Fredericksburg City Council voted to terminate an economic development agreement with the Seven Hills Hotel Resort and Conference Center during Monday’s meeting.
A 5-0 vote to terminate the agreement happened after an executive session during the 6 p.m. Zoom meeting.
Councilman Tom Musselman said this doesn’t affect the potential construction of the 150-room conference center. The agreement only had to do with the rebate of the city’s portion of the Hotel Occupancy Tax monies.
Dennis Murphree, managing general partner of developer Murphree & Company, was notified in early June that stipulations for his part of the agreement for the $75 million hotel conference center project were in default.
City Manager Kent Myers said in an earlier interview that if financing wasn’t committed for the project by July 5, the agreement could be terminated.
City staff and the council heard no citizen feedback during its first 2021 Fiscal Year budget public hearing Monday night.
City staff and council members waited a few minutes for citizens listening to “raise their hand” and offer verbal comments regarding next year’s budget, but all they heard was silence.
Musselman said while he didn’t want to assume why no one spoke, he believed residents might just be more involved with everything else happening in society, such as the COVID-19 pandemic.
The city is planning to hold budget work sessions on July 22 and July 28 via Zoom after the recent uptick in COVID-19 cases. Myers said he wished it could be in person.
Musselman doesn’t think remote meetings were the reason for lack of public comment. He also hopes that when in-person meetings resume, residents can still have the option to participate remotely.
City staff had its first round of budget meetings with every department last week and Myers said the meetings went well.
“All of the departments are doing a really good job holding the line on expenses,” Myers said. “They understand our revenues are down and we’ve got to do our part to just maintain.”
He added that since proposed budgets were so tight, cutting wasn’t needed at the preliminary level.
The schedule is to get a proposed budget by July 20.
“This will basically be a status quo budget with no new programs or services, no new personnel, no salary increases, nothing really changed from the current year,” Myers said. “It’s basically just to maintain our operations without reducing services.”
Staff will also provide the city council with a listing of additional items mentioned in previous meetings that they could consider adding to the budget and what impact those items would have.
A budget workshop with the Gillespie County Commissioners will be at 8:30 a.m. on Aug. 3.
Given the recent spike in COVID-19 cases in Gillespie County, two of those cases being city employees, city staff wanted to seek direction from city council as to what to do with city facilities.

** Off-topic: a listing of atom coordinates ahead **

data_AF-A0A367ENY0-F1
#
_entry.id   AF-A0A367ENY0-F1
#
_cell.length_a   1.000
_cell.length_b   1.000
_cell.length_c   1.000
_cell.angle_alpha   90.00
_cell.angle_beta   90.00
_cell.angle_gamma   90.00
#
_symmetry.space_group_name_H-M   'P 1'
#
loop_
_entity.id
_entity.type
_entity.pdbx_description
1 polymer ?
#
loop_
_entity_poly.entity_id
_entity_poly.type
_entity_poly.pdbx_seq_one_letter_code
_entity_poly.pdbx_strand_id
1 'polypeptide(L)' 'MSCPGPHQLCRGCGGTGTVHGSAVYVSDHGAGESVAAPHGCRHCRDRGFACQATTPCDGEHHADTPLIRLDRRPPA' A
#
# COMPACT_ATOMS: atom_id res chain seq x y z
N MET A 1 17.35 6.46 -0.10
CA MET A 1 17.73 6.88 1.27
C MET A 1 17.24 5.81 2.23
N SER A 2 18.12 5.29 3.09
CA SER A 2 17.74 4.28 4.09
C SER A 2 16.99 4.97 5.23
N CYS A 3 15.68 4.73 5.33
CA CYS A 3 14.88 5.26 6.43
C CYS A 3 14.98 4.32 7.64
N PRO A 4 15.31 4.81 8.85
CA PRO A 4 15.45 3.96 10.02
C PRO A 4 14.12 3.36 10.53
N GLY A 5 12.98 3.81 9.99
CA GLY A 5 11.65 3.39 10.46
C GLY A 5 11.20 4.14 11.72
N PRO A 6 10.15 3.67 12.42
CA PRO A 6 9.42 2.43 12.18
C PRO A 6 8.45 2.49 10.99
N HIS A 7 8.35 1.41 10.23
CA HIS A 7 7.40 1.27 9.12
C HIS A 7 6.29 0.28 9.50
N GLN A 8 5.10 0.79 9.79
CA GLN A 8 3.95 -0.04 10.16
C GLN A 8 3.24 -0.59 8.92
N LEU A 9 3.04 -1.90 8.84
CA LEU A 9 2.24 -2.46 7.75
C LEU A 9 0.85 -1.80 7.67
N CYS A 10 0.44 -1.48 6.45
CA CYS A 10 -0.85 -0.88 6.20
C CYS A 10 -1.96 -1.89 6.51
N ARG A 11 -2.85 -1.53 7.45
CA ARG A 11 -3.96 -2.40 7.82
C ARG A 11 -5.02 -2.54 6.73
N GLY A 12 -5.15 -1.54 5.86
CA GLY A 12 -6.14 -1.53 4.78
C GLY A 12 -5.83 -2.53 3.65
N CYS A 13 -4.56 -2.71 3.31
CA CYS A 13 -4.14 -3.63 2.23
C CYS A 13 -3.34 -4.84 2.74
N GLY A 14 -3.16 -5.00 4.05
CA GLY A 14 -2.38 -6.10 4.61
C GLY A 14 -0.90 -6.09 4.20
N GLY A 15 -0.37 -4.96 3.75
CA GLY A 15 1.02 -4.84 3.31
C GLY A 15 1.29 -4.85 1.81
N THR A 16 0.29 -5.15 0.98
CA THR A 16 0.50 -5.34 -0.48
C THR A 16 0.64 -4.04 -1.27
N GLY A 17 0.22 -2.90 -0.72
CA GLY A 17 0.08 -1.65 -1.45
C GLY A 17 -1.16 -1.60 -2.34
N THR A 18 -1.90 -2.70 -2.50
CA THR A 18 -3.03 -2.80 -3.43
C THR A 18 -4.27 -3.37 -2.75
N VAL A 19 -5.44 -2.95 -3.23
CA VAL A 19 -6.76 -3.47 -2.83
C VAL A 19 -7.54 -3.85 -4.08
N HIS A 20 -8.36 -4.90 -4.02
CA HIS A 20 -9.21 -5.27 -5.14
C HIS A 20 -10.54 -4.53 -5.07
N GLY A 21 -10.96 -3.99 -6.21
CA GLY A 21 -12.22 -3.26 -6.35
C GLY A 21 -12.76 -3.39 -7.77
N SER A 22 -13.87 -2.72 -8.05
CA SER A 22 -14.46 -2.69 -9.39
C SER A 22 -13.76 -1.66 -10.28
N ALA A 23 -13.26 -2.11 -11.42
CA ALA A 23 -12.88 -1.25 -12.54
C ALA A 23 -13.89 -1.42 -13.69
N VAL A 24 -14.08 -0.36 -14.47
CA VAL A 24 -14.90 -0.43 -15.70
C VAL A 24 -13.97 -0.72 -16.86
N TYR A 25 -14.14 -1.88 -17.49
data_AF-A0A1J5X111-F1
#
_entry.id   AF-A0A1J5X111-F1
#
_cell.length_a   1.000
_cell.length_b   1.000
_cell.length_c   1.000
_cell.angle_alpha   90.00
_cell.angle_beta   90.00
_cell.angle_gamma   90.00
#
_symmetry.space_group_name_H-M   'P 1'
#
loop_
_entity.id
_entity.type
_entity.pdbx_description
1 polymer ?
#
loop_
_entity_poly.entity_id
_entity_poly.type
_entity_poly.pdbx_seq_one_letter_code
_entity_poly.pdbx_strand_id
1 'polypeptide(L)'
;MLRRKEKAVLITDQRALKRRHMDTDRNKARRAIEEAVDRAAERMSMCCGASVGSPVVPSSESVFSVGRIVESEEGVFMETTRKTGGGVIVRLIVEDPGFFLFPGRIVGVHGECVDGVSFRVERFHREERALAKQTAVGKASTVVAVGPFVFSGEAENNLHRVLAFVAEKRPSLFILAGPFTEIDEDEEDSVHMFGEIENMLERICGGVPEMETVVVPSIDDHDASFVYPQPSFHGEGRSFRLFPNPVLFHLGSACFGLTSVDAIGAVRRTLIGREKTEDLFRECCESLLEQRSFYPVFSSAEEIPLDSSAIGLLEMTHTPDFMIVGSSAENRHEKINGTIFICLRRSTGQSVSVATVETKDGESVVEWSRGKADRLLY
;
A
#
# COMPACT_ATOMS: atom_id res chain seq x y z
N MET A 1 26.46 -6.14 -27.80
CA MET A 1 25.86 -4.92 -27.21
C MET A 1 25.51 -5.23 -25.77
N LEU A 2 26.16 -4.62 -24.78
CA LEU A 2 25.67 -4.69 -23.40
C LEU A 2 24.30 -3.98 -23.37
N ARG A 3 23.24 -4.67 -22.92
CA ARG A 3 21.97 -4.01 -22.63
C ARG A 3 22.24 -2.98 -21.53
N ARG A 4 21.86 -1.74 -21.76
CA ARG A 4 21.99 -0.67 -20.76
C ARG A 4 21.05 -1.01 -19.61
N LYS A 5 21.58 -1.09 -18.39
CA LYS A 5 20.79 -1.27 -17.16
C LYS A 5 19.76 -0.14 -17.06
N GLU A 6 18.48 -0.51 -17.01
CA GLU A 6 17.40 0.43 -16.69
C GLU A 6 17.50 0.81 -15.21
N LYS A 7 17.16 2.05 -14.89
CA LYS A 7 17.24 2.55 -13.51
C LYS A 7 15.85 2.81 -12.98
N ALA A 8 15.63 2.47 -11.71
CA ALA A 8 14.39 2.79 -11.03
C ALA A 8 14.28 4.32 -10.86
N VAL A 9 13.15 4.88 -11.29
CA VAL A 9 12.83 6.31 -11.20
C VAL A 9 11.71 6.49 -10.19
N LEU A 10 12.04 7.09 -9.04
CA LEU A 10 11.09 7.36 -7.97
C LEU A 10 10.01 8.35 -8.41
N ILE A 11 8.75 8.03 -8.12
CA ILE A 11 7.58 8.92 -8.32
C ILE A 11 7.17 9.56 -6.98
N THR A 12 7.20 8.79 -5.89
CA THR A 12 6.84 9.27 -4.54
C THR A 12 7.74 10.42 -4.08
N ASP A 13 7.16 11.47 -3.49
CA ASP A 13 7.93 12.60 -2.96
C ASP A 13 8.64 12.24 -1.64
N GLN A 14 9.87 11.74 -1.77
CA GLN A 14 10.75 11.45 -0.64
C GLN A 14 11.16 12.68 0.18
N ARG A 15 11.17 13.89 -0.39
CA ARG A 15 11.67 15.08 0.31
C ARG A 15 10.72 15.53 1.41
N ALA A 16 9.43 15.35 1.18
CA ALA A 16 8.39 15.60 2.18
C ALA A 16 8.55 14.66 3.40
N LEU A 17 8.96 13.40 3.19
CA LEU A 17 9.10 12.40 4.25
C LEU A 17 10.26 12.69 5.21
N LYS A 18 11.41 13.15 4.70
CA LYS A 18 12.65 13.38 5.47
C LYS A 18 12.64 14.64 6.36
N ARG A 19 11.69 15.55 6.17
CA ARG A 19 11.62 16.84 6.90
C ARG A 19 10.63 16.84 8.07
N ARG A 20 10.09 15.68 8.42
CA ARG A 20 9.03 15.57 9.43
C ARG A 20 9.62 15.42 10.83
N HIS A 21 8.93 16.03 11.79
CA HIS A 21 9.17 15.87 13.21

“We want to continue to look at our facilities in light of the increasing number of cases here,” Myers said.
Access to City Hall and the City Annex was limited last week, when officials announced customers needing to speak with city departments must make an appointment.
Myers said the staff recommendation was not to make any drastic changes and continue monitoring the situation.
“We want to hold off closing the recycling center and most of the park facilities,” Myers said, noting going out to parks can be beneficial for mental health.
Some proposed changes include adding occupancy limits to public restrooms, specifically at Marktplatz and the Visitor Center and continuing to monitor the basketball pavilion.
Clinton Bailey, assistant city manager and director of Public Works, said changes have recently been made to Lady Bird Johnson Golf Course, such as reverting to take-out food only and limiting access to the clubhouse.
“We want to continue to monitor the situation,” Myers said. “If our numbers continue to spike, then probably at the July 20 council meeting, we’ll have a number of facilities for which we’ll recommend closure.”
The council also:
• Voted 4-1 to shift the timeline of the Post Oak/Cherry Street extension annexation and zoning schedule by an extra 90 days. Councilman Charlie Kiehne opposed.
• Heard a presentation on the five-year Capital Improvement Plan for the City of Fredericksburg.
• Heard an update on Gov. Greg Abbott’s recent COVID-19 mask order. Myers said the city has focused on relaying the message of the mask order to the community, and that compliance has generally been good.
• Heard an update on Abbott’s rules regarding the amount of people in a public gathering. As of now, a public gathering requiring permission from the mayor is considered 10 or more people. Two weeks from today, the council will consider the status on a list of events.
• Heard an update on the COVID-19 Recovery Task Force. Bailey reported to the council that short-term rentals are seeing more business now than in the past few months, as most of them saw bookings at 100%.
• Heard a report on Independence Day events. Myers said while attendance at events like the horse races were down, the weekend had gone well. Bailey said Tuesday that attendance at the city’s fireworks show at Lady Bird Johnson Municipal Park was about half of normal and that people were social distancing.
• Discussed the court’s rulings on the E. 290 Owners’ Coalition vs. City of Fredericksburg, Texas lawsuit in executive session. Musselman said he couldn’t say what was discussed in the meeting.